The Financial Index: Wednesday, Jan. 25

January 25, 2012 in Investing by

[dropcap]T[/dropcap]he Financial Index is Daily Capital’s roundup of our Editor’s Picks for the day – featured trends and market analysis from around the Web.

Fed Targets 2% Inflation

Value Walk: The Fed has formally targeted a long-run inflation rate of 2 percent. Previously, the central bank’s informal goal had been an inflation rate between 1.7 and 2 percent, but this is the first time it has been formalized.

New Lower Fed Long-Term Targets: Employment, Inflation, GDP & Rates

24/7 Wall St.: The formalized inflation rate target, along with employment goals, have the Fed projecting slower growth but stable prices and a lower jobless rate.

Morgan Stanley’s Gorman: Complaints on Pay Cuts are ‘Naive’?

Value Walk: Morgan Stanley employees took a pay cut and their Chairman and CEO is arguing that any complaints about it are “naive” given the national economic context. Value Walk shares this and more from an interview with Morgan Stanley Chairman & CEO James Gorma.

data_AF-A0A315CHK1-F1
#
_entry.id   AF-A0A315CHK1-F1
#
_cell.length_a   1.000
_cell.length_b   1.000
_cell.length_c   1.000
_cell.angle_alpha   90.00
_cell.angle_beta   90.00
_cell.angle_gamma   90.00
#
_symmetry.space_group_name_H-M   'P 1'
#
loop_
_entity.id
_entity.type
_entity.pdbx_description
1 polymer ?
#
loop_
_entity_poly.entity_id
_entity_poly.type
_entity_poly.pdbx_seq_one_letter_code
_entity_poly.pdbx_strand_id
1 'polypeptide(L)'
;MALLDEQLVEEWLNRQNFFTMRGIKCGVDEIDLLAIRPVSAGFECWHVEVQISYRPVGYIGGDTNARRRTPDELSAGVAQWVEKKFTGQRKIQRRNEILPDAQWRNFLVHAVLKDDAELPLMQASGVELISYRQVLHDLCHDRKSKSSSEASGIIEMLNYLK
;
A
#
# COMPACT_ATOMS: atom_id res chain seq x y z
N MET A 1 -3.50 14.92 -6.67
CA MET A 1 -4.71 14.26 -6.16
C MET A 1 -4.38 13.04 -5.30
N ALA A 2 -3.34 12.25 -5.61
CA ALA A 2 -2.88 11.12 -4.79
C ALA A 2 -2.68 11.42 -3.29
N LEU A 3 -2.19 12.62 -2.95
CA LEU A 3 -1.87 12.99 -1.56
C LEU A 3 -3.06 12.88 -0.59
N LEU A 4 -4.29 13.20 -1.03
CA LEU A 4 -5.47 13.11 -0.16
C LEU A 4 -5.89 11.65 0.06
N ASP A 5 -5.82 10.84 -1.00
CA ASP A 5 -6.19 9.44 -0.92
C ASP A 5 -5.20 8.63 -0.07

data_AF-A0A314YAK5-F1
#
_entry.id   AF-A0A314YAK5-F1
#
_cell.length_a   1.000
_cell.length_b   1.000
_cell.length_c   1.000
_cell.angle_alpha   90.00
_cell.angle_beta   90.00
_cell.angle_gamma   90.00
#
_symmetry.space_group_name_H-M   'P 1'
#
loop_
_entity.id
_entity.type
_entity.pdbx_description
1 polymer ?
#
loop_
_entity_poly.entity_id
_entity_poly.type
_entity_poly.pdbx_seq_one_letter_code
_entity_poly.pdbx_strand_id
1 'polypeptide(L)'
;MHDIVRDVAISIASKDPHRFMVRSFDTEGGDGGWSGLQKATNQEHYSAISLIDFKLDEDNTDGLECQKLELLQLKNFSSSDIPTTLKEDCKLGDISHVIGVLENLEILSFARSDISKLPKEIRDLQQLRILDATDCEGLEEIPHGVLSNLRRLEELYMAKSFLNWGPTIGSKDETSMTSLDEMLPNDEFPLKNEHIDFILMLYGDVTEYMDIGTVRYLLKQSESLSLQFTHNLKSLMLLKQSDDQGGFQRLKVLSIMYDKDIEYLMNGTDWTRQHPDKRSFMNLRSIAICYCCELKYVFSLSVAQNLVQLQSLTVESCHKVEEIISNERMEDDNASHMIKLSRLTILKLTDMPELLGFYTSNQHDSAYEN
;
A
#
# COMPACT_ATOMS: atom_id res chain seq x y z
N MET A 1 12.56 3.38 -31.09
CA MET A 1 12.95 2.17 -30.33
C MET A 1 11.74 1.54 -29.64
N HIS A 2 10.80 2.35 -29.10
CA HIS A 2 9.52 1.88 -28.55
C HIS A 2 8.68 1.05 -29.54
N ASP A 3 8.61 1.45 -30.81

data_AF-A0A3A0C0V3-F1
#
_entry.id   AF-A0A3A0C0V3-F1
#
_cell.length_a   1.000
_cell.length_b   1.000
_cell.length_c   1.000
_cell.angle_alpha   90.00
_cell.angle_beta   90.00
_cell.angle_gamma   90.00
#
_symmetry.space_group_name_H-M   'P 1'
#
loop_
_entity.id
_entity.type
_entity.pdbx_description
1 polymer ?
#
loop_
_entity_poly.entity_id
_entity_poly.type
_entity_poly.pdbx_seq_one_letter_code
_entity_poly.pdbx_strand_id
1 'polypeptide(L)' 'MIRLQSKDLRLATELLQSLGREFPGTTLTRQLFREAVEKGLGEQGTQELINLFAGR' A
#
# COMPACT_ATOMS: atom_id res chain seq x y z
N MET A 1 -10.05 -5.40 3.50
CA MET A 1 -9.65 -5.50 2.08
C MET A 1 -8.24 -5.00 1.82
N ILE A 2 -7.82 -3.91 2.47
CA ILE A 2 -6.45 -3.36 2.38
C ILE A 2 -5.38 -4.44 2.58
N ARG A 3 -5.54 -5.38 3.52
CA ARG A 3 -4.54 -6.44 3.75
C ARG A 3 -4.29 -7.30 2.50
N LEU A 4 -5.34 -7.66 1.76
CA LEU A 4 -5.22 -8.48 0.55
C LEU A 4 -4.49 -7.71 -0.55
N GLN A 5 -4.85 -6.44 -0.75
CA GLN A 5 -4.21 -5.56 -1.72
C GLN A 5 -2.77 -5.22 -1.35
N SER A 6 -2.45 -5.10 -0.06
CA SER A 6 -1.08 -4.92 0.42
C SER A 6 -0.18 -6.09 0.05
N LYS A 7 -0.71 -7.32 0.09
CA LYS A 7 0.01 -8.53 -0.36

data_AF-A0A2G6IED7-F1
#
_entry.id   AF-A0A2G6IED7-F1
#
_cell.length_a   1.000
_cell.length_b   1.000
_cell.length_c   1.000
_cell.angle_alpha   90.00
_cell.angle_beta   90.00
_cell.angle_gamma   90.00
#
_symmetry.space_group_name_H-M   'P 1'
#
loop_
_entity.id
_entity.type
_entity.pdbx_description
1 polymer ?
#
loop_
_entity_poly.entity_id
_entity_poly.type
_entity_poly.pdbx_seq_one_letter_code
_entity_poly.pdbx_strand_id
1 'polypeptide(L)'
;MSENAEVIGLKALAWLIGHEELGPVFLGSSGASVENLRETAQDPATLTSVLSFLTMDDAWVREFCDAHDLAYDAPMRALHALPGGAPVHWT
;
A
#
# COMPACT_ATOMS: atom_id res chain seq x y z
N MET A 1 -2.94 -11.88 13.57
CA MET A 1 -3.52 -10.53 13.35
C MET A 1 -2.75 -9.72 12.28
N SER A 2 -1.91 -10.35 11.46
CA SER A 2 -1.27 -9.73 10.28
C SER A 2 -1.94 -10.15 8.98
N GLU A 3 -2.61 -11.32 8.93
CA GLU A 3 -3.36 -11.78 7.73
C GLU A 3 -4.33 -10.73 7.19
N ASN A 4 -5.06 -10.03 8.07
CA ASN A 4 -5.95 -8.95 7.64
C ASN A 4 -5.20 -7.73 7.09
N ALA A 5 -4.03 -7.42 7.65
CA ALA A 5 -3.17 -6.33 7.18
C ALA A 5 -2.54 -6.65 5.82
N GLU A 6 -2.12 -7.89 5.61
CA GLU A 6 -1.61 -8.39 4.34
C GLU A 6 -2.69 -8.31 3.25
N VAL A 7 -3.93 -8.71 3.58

Utopia Juice: Bernanke Hints QE3 (or QE4)

24/7 Wall St.: With no more room to cut interest rates, Bernanke has said that the FOMC is ready to consider other steps to support the economy. Another round of quantitive easing is being discussed.

Apple’s Superlatives Amongst Superlatives

The Big Picture: Following an incredible Q1, Apple has taken back the title of world’s most valuable company and had the second-highest profit quarter of any company ever.

Q1 ’12 Retirement Income Scorecard: Managed Payouts

CBSNews: Steve Vernon continues his examination into how much retirement income you can generate with $100,000 of retirement savings at the beginning of the year. Today’s topic: Managed payouts.

Six ways to maximize retirement ‘sweet spot’ years

Reuters Personal Finance: There’s a “sweet spot” – between the ages of 59½ and 70½ – when withdrawals from tax-deferred accounts are penalty-free, but not yet required. Advisers say those 11 years are the ideal time to protect yourself by moving some money into taxable and tax-free accounts instead of continuing to plow it into tax-deferred accounts. Here’s how.

Image used under Creative Commons by Flickr user rasputin243

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